Lockheed Martin Corporation is an American global aerospace, defense and advanced technologies company with worldwide interests. It was formed by the merger of Lockheed Corporation with Martin Marietta in March 1995, it is headquartered in Maryland, in the Washington, DC, area. Lockheed Martin employs 100,000 people worldwide as of December 2017. Lockheed Martin is one of the largest companies in the aerospace, defense and technologies industry, it is the world's largest defense contractor based on revenue for fiscal year 2014. In 2013, 78% of Lockheed Martin's revenues came from military sales. In 2009 US government contracts accounted for $38.4 billion, foreign government contracts $5.8 billion, commercial and other contracts for $900 million. Lockheed Martin operates in four business segments: Aeronautics and Fire Control and Mission Systems, Space Systems; the company has received the Collier Trophy six times, including in 2001 for being part of developing the X-35/F-35B LiftFan Propulsion System, most in 2006 for leading the team that developed the F-22 Raptor fighter jet.
Lockheed Martin is developing the F-35 Lightning II and leads the international supply chain, leads the team for the development and implementation of technology solutions for the new USAF Space Fence, is the primary contractor for the development of the Orion command module. The company invests in healthcare systems, renewable energy systems, intelligent energy distribution and compact nuclear fusion. Merger talks between Lockheed Corporation and Martin Marietta began in March 1994, with the companies announcing their $10 billion planned merger on August 30, 1994; the headquarters for the combined companies would be at Martin Marietta headquarters in North Bethesda, Maryland. The deal was finalized on March 1995, when the two companies' shareholders approved the merger; the segments of the two companies not retained by the new company formed the basis for the present L-3 Communications, a mid-size defense contractor in its own right. Lockheed Martin later spun off the materials company Martin Marietta Materials.
Both companies contributed important products to the new portfolio. Lockheed products included the Trident missile, P-3 Orion maritime patrol aircraft, U-2 and SR-71 reconnaissance airplanes, F-117 Nighthawk, F-16 Fighting Falcon, F-22 Raptor, C-130 Hercules, A-4AR Fightinghawk and the DSCS-3 satellite. Martin Marietta products included Titan rockets, Sandia National Laboratories, Space Shuttle External Tank, Viking 1 and Viking 2 landers, the Transfer Orbit Stage and various satellite models. On April 22, 1996, Lockheed Martin completed the acquisition of Loral Corporation's defense electronics and system integration businesses for $9.1 billion, the deal having been announced in January. The remainder of Loral became Loral Communications. Lockheed Martin abandoned plans for a $8.3 billion merger with Northrop Grumman on July 16, 1998, due to government concerns over the potential strength of the new group. For the Mars Climate Orbiter, Lockheed Martin incorrectly provided NASA with software using measurements in US Customary force units when metric was expected.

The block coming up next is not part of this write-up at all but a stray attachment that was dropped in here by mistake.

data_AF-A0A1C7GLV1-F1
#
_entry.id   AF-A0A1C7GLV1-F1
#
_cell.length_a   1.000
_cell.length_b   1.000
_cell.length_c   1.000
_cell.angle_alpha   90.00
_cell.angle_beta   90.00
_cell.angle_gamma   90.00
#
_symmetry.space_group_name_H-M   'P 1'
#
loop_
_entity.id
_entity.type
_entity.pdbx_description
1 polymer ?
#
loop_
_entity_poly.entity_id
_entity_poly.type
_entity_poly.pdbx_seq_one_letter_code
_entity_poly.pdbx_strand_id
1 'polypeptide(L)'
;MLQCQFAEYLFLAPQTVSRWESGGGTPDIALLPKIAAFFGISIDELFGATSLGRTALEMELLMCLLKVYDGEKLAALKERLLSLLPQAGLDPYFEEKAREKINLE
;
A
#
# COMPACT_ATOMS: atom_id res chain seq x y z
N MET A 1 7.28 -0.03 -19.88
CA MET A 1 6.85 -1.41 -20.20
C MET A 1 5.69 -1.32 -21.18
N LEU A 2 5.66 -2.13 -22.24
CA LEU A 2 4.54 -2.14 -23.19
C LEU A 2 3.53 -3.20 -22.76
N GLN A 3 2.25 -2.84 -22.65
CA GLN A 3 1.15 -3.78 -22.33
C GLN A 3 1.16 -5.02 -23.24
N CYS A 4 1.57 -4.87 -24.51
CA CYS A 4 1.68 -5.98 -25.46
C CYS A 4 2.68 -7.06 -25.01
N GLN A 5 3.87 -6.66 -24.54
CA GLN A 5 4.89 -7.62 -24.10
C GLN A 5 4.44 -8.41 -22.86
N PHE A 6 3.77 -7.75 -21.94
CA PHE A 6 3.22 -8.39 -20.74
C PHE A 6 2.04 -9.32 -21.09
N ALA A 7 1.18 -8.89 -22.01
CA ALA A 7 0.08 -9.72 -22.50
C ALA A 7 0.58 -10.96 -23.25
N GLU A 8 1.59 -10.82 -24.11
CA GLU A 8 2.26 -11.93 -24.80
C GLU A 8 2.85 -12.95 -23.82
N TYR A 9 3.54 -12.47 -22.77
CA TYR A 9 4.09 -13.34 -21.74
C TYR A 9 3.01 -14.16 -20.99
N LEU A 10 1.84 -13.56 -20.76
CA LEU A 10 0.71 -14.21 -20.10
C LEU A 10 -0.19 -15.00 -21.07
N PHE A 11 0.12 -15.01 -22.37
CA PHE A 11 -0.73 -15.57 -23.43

The development of the spacecraft cost $193.1 million. In addition to their military products, in the 1990s Lockheed Martin developed the texture mapping chip for the Sega Model 2 arcade system board and the entire graphics system for the Sega Model 3, which were used to power some of the most popular arcade games of the time. In May 2001, Lockheed Martin sold Lockheed Martin Control Systems to BAE Systems. On November 27, 2000, Lockheed completed the sale of its Aerospace Electronic Systems business to BAE Systems for $1.67 billion, a deal announced in July 2000. This group encompassed Sanders Associates, Fairchild Systems, Lockheed Martin Space Electronics & Communications. In 2001, Lockheed Martin won the contract to build the F-35 Lightning II. In 2001, Lockheed Martin settled a nine–year investigation conducted by NASA's Office of Inspector General with the assistance of the Defense Contract Audit Agency; the company paid the United States government $7.1 million based on allegations that its predecessor, Lockheed Engineering Science Corporation, submitted false lease costs claims to NASA.
On May 12, 2006, The Washington Post reported that when Robert Stevens took control of Lockheed Martin in 2004, he faced the dilemma that within 10 years, 100,000 of the about 130,000 Lockheed Martin employees – more than three-quarters – would be retiring. On August 31, 2006, Lockheed Martin won a $3.9 billion contract from NASA to design and build the CEV capsule named Orion for the Ares I rocket in the Constellation Program. In 2009, NASA reduced the capsule crew requirements from the initial six seats to four for transport to the International Space Station. On August 13, 2008, Lockheed Martin acquired the government business unit of Nantero, Inc. a company that had developed methods and processes for incorporating carbon nanotubes in next-generation electronic devices. In 2009, Lockheed Martin bought Unitech. On November 18, 2010, Lockheed Martin announced that it would be closing its Eagan, Minnesota location by 2013 to reduce costs and optimize capacity at its locations nationwide. In January 2011